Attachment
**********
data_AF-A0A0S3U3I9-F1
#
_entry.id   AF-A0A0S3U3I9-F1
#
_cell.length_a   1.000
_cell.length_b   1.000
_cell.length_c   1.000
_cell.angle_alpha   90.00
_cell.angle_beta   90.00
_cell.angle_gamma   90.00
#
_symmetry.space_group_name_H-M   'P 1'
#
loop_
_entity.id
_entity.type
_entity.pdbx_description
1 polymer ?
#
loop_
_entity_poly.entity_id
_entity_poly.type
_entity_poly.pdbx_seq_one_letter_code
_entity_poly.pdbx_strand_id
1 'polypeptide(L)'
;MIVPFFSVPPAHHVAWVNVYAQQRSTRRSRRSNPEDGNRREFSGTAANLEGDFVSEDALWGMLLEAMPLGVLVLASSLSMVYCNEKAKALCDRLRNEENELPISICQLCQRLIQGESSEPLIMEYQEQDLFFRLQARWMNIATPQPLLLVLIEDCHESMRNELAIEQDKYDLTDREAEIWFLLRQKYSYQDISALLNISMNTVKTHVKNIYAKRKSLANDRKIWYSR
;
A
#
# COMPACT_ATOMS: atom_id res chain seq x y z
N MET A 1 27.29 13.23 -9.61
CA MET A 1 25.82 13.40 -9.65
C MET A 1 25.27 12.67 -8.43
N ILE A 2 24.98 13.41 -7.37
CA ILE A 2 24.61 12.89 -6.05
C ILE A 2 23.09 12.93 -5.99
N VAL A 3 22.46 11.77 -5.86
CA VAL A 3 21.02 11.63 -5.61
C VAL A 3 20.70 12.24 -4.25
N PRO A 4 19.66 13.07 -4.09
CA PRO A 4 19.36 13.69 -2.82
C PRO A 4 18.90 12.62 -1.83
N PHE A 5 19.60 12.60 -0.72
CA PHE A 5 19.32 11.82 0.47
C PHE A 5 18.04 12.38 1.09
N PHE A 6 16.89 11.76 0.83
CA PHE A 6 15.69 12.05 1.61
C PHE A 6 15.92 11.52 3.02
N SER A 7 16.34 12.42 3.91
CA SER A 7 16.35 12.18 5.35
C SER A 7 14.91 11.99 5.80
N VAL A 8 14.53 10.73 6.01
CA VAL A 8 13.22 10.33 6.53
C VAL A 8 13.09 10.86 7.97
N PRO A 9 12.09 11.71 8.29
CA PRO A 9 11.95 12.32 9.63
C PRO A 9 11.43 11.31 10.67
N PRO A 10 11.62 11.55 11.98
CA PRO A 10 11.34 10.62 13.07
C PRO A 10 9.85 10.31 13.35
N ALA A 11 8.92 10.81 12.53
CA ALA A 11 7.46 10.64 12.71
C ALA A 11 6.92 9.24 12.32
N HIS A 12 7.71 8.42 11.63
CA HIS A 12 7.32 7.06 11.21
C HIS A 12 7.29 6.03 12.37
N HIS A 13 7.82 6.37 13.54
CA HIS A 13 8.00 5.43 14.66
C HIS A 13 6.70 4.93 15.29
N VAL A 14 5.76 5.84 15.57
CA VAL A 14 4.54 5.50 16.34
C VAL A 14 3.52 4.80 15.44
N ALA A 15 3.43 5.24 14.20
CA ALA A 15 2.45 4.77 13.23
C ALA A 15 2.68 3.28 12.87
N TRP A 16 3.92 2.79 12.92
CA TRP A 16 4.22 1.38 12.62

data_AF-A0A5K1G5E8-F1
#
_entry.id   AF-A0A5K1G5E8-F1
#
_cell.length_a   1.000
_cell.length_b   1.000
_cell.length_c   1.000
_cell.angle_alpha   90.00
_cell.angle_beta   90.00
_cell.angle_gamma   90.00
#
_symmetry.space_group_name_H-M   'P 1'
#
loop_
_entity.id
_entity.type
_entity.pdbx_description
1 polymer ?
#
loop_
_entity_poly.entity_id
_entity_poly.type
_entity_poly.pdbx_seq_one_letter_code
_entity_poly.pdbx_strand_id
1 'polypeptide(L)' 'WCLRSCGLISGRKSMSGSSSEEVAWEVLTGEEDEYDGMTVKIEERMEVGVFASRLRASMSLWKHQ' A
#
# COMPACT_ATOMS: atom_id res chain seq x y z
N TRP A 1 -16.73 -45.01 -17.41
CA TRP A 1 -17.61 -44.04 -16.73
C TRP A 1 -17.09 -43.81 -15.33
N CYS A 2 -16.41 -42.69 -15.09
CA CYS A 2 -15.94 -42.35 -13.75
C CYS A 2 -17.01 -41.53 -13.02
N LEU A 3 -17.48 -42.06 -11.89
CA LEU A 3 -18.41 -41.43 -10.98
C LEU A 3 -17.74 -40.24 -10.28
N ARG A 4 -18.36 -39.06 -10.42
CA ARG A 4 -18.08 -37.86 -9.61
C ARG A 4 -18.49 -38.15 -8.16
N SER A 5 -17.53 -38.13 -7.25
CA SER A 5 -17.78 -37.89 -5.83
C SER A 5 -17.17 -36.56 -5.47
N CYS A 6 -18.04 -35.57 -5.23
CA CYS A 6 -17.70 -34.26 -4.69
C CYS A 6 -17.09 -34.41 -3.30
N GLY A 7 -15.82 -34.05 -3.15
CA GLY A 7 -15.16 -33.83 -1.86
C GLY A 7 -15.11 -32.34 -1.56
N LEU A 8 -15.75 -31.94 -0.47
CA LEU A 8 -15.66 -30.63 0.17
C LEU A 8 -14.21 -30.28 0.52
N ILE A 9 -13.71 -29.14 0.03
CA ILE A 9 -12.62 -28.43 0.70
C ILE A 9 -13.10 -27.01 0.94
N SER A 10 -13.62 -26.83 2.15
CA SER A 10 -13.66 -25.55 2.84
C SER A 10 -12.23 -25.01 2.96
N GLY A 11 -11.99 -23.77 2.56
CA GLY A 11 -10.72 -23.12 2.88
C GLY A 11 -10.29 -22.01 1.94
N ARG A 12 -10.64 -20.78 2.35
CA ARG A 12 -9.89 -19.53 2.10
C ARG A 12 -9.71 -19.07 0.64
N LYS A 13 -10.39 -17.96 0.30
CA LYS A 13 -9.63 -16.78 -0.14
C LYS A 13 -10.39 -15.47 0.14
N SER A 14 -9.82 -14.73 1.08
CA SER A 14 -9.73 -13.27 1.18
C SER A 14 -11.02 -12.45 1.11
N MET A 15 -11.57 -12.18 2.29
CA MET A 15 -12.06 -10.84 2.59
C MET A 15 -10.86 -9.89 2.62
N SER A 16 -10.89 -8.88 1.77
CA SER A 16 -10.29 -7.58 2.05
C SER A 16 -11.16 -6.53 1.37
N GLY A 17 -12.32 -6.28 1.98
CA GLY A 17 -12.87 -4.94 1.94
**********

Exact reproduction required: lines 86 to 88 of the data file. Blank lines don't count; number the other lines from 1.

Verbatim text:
_cell.angle_beta   90.00
_cell.angle_gamma   90.00
#